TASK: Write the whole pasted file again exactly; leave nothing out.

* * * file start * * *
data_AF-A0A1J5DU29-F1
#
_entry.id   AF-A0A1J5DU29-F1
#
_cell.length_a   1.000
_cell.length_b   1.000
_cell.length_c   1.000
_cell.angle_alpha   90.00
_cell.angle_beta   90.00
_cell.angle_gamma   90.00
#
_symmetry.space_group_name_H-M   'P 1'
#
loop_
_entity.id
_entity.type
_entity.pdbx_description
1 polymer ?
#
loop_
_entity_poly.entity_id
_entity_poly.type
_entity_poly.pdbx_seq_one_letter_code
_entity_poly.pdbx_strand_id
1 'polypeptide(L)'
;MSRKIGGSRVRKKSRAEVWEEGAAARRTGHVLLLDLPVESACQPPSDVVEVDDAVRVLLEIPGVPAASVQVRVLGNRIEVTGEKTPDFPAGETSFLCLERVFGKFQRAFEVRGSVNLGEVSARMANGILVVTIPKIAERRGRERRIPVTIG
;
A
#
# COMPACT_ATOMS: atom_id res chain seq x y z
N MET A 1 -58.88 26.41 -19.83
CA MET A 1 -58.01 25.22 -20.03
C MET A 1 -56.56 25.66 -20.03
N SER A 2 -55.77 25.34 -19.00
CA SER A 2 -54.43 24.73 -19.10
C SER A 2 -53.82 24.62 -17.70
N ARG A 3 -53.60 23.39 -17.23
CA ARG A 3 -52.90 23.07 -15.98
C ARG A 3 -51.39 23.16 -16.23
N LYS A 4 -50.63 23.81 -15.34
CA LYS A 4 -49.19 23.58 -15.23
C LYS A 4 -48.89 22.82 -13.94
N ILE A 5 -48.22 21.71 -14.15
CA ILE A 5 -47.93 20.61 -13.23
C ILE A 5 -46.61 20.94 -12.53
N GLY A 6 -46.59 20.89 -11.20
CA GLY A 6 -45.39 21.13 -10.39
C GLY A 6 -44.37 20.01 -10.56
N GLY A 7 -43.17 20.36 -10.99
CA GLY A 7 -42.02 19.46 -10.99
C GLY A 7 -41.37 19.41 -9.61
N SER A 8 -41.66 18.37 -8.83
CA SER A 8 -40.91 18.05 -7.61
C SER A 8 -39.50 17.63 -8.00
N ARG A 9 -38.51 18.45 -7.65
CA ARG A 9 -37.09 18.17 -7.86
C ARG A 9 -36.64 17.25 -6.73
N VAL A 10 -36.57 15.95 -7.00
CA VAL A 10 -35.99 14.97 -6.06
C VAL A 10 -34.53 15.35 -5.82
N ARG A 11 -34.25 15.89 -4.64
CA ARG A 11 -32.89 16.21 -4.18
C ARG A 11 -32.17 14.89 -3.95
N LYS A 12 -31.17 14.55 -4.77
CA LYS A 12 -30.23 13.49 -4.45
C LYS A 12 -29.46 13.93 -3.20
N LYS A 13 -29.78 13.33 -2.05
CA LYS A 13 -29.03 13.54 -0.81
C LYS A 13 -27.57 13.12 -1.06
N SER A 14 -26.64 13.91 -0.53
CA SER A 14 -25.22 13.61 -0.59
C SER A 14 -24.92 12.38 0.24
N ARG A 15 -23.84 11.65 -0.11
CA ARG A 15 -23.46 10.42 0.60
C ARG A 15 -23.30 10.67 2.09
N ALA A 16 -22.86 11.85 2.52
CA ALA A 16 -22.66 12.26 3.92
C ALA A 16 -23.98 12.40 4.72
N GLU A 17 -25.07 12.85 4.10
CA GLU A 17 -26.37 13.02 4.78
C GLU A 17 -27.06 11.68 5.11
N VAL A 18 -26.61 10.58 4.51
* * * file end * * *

data_AF-A0A1J5DU29-F1
#
_entry.id   AF-A0A1J5DU29-F1
#
_cell.length_a   1.000
_cell.length_b   1.000
_cell.length_c   1.000
_cell.angle_alpha   90.00
_cell.angle_beta   90.00
_cell.angle_gamma   90.00
#
_symmetry.space_group_name_H-M   'P 1'
#
loop_
_entity.id
_entity.type
_entity.pdbx_description
1 polymer ?
#
loop_
_entity_poly.entity_id
_entity_poly.type
_entity_poly.pdbx_seq_one_letter_code
_entity_poly.pdbx_strand_id
1 'polypeptide(L)'
;MSRKIGGSRVRKKSRAEVWEEGAAARRTGHVLLLDLPVESACQPPSDVVEVDDAVRVLLEIPGVPAASVQVRVLGNRIEVTGEKTPDFPAGETSFLCLERVFGKFQRAFEVRGSVNLGEVSARMANGILVVTIPKIAERRGRERRIPVTIG
;
A
#
# COMPACT_ATOMS: atom_id res chain seq x y z
N MET A 1 -58.88 26.41 -19.83
CA MET A 1 -58.01 25.22 -20.03
C MET A 1 -56.56 25.66 -20.03
N SER A 2 -55.77 25.34 -19.00
CA SER A 2 -54.43 24.73 -19.10
C SER A 2 -53.82 24.62 -17.70
N ARG A 3 -53.60 23.39 -17.23
CA ARG A 3 -52.90 23.07 -15.98
C ARG A 3 -51.39 23.16 -16.23
N LYS A 4 -50.63 23.81 -15.34
CA LYS A 4 -49.19 23.58 -15.23
C LYS A 4 -48.89 22.82 -13.94
N ILE A 5 -48.22 21.71 -14.15
CA ILE A 5 -47.93 20.61 -13.23
C ILE A 5 -46.61 20.94 -12.53
N GLY A 6 -46.59 20.89 -11.20
CA GLY A 6 -45.39 21.13 -10.39
C GLY A 6 -44.37 20.01 -10.56
N GLY A 7 -43.17 20.36 -10.99
CA GLY A 7 -42.02 19.46 -10.99
C GLY A 7 -41.37 19.41 -9.61
N SER A 8 -41.66 18.37 -8.83
CA SER A 8 -40.91 18.05 -7.61
C SER A 8 -39.50 17.63 -8.00
N ARG A 9 -38.51 18.45 -7.65
CA ARG A 9 -37.09 18.17 -7.86
C ARG A 9 -36.64 17.25 -6.73
N VAL A 10 -36.57 15.95 -7.00
CA VAL A 10 -35.99 14.97 -6.06
C VAL A 10 -34.53 15.35 -5.82
N ARG A 11 -34.25 15.89 -4.64
CA ARG A 11 -32.89 16.21 -4.18
C ARG A 11 -32.17 14.89 -3.95
N LYS A 12 -31.17 14.55 -4.77
CA LYS A 12 -30.23 13.49 -4.45
C LYS A 12 -29.46 13.93 -3.20
N LYS A 13 -29.78 13.33 -2.05
CA LYS A 13 -29.03 13.54 -0.81
C LYS A 13 -27.57 13.12 -1.06
N SER A 14 -26.64 13.91 -0.53
CA SER A 14 -25.22 13.61 -0.59
C SER A 14 -24.92 12.38 0.24
N ARG A 15 -23.84 11.65 -0.11
CA ARG A 15 -23.46 10.42 0.60
C ARG A 15 -23.30 10.67 2.09
N ALA A 16 -22.86 11.85 2.52
CA ALA A 16 -22.66 12.26 3.92
C ALA A 16 -23.98 12.40 4.72
N GLU A 17 -25.07 12.85 4.10
CA GLU A 17 -26.37 13.02 4.78
C GLU A 17 -27.06 11.68 5.11
N VAL A 18 -26.61 10.58 4.51